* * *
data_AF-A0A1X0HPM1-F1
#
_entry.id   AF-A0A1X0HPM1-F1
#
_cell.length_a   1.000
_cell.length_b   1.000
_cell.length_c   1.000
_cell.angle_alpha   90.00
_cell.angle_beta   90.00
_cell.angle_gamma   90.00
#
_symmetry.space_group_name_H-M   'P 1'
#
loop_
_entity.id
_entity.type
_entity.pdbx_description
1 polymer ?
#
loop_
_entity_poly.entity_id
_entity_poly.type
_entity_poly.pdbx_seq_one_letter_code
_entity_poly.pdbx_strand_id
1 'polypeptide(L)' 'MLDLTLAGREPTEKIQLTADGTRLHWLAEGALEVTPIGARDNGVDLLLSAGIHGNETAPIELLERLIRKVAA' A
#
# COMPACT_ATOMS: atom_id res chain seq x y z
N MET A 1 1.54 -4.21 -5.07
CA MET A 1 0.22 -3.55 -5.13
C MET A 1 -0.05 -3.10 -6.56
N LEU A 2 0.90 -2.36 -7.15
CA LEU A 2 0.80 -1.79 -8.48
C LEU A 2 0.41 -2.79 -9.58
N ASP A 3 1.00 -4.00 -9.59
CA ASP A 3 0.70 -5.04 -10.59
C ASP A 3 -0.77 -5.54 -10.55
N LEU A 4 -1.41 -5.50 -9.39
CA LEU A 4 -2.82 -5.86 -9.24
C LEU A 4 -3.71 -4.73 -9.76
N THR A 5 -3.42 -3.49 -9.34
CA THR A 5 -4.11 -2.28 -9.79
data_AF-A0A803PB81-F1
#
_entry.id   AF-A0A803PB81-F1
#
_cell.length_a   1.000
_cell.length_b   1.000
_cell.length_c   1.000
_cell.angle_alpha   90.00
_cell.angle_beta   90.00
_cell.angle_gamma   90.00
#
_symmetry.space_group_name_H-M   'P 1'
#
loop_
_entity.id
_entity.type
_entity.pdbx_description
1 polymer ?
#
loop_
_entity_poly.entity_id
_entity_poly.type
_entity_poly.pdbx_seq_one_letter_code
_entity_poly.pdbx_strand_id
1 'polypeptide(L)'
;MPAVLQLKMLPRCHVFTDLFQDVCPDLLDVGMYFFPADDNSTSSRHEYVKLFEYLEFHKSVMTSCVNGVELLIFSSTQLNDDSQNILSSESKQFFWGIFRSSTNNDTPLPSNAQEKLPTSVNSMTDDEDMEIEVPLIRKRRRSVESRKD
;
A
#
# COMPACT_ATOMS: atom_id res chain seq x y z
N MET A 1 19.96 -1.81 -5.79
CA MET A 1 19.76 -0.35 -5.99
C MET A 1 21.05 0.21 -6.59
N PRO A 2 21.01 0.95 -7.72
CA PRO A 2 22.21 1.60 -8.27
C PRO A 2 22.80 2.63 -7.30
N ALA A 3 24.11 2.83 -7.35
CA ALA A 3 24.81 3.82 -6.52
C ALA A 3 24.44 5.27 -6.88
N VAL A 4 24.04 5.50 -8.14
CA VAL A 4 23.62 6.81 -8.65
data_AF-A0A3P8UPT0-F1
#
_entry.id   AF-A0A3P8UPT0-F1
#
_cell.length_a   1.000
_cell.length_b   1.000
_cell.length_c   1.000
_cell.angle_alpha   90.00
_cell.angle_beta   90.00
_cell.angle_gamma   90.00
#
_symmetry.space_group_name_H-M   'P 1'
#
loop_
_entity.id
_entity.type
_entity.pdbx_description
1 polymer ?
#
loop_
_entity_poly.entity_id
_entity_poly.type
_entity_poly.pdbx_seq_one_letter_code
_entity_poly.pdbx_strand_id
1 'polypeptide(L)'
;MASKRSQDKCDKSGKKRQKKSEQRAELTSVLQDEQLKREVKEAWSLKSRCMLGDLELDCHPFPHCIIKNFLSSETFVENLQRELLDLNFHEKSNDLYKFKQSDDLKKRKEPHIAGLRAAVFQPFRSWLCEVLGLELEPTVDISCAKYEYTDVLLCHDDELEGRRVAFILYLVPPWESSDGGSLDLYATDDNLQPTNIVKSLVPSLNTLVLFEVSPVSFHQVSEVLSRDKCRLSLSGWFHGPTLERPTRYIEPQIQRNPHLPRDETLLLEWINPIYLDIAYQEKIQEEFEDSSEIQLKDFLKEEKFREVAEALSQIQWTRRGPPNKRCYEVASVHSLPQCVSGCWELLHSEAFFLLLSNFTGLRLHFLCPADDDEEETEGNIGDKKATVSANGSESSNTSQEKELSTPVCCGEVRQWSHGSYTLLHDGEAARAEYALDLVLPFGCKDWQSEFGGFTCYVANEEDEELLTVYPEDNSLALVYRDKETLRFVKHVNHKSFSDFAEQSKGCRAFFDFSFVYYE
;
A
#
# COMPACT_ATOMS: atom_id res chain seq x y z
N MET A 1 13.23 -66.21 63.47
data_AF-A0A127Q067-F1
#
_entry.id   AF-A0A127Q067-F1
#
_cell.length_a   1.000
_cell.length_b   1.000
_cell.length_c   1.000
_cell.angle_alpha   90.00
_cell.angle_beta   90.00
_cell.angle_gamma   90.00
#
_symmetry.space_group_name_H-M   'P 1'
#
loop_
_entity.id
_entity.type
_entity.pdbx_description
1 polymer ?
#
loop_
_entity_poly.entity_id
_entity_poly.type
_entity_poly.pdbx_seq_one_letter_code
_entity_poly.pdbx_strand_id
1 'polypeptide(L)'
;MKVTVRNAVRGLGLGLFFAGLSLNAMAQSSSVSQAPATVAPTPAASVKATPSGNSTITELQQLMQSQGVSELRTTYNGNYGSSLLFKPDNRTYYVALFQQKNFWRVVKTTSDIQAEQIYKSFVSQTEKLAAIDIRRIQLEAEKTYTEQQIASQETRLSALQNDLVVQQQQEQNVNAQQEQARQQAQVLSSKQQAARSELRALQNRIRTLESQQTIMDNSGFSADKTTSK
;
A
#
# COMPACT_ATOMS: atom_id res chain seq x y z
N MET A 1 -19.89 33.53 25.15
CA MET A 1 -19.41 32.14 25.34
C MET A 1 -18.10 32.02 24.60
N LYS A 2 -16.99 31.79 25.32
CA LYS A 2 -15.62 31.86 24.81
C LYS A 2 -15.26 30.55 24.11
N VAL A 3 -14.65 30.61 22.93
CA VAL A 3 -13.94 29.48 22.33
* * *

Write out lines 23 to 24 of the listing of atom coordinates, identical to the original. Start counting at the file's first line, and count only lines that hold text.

_entity_poly.pdbx_seq_one_letter_code
_entity_poly.pdbx_strand_id